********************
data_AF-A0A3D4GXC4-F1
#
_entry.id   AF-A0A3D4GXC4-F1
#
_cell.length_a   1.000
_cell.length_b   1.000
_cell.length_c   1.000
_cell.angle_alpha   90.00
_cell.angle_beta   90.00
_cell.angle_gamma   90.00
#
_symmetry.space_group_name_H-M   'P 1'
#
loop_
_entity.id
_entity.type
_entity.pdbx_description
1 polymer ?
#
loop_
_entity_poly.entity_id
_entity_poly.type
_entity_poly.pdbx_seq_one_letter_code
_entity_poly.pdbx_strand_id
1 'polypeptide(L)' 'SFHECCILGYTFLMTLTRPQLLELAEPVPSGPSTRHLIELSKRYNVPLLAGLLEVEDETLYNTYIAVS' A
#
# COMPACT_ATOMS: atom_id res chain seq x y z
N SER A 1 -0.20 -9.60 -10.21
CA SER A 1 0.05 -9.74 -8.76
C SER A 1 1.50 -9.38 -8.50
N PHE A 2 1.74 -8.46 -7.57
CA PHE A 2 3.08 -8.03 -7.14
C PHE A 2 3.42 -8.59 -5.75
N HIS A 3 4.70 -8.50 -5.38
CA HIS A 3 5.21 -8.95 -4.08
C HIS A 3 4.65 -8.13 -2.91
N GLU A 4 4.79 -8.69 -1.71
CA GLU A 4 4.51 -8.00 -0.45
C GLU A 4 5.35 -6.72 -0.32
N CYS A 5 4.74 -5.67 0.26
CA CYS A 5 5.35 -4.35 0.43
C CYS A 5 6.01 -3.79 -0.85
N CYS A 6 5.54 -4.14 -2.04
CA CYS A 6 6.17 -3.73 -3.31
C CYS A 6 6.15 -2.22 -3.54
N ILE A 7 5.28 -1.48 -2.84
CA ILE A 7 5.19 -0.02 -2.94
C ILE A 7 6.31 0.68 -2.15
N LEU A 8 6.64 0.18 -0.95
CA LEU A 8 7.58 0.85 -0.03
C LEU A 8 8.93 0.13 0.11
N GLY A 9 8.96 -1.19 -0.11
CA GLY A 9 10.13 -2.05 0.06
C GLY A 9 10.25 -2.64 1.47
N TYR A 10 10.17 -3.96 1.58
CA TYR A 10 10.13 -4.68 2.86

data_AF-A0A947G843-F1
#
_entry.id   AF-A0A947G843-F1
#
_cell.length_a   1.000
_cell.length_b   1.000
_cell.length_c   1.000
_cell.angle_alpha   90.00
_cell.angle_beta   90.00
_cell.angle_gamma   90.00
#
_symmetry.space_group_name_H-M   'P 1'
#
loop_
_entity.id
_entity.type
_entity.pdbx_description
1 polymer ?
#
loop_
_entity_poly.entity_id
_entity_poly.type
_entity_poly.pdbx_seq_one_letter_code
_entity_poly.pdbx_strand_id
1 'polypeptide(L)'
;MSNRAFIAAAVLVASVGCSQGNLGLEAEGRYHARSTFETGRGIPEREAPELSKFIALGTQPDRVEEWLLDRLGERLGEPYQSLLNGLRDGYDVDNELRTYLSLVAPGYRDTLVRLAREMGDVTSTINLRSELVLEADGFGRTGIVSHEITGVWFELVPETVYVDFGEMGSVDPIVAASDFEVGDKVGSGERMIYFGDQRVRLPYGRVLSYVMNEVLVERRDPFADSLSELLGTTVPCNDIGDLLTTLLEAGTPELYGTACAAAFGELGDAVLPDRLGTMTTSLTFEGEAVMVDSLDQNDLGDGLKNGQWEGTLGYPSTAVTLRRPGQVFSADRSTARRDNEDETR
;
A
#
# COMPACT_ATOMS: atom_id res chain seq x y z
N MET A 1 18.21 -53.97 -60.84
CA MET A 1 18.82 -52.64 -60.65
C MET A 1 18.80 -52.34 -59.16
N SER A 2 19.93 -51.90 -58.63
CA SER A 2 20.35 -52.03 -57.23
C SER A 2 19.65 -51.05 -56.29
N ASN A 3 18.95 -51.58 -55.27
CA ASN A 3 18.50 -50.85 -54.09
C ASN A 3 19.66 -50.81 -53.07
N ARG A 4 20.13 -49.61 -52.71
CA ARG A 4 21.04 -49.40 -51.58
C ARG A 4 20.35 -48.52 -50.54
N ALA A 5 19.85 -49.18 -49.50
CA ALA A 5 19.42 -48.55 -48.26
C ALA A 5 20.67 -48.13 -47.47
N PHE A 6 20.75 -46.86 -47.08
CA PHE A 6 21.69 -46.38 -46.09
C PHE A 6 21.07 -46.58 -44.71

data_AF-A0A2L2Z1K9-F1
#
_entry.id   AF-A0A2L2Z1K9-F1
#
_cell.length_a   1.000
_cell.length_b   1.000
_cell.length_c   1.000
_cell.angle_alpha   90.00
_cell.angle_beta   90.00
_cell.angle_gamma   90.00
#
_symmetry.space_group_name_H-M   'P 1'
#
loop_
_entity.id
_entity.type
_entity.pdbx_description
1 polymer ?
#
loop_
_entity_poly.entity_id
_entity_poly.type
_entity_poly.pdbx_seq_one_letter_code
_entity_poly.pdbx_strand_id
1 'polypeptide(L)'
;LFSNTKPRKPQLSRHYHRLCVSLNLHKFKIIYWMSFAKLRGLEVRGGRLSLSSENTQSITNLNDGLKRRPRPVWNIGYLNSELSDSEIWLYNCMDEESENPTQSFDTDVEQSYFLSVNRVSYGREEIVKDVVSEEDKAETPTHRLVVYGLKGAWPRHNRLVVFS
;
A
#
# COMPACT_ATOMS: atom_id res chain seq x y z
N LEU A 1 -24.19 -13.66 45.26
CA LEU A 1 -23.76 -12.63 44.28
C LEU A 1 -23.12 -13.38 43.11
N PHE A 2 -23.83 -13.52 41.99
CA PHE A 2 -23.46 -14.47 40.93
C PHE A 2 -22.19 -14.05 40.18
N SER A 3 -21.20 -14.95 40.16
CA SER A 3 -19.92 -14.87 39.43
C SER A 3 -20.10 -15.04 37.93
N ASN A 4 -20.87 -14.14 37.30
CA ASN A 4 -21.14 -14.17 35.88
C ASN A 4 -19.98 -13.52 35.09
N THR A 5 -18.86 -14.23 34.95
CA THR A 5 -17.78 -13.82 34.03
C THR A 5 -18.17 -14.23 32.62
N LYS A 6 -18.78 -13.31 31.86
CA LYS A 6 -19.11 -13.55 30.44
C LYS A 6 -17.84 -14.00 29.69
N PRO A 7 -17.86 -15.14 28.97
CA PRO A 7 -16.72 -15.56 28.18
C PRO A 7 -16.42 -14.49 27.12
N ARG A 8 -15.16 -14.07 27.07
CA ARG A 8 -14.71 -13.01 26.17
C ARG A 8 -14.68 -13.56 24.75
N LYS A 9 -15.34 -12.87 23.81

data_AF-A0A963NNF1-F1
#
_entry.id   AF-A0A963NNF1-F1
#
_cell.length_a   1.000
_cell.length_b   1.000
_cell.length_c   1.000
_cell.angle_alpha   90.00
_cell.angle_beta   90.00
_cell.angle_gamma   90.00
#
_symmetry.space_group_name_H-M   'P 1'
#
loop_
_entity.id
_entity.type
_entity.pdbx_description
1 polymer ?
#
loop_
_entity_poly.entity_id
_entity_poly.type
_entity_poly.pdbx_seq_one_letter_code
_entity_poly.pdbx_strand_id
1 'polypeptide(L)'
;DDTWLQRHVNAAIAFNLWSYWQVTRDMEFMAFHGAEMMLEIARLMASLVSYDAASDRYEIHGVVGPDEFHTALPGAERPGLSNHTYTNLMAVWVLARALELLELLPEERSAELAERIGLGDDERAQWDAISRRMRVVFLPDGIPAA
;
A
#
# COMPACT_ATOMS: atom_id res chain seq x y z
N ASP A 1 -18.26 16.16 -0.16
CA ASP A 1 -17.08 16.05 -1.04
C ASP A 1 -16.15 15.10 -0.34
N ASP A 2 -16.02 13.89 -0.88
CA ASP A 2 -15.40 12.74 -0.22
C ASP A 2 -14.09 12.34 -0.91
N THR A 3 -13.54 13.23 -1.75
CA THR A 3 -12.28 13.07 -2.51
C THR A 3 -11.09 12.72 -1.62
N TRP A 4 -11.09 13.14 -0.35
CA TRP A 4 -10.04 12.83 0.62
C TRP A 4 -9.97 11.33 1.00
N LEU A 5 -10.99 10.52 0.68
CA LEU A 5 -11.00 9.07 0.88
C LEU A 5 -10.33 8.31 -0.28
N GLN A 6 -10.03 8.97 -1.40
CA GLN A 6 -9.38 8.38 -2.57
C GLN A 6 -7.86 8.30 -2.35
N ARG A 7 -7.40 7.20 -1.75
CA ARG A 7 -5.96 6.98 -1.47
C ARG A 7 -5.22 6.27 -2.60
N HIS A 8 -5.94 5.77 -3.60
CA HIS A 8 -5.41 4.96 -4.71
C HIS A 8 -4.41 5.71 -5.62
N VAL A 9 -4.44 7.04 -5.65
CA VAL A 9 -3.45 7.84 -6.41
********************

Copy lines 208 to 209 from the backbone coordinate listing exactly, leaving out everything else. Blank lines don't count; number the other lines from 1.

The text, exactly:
N ARG A 7 -7.40 7.20 -1.75
CA ARG A 7 -5.96 6.98 -1.47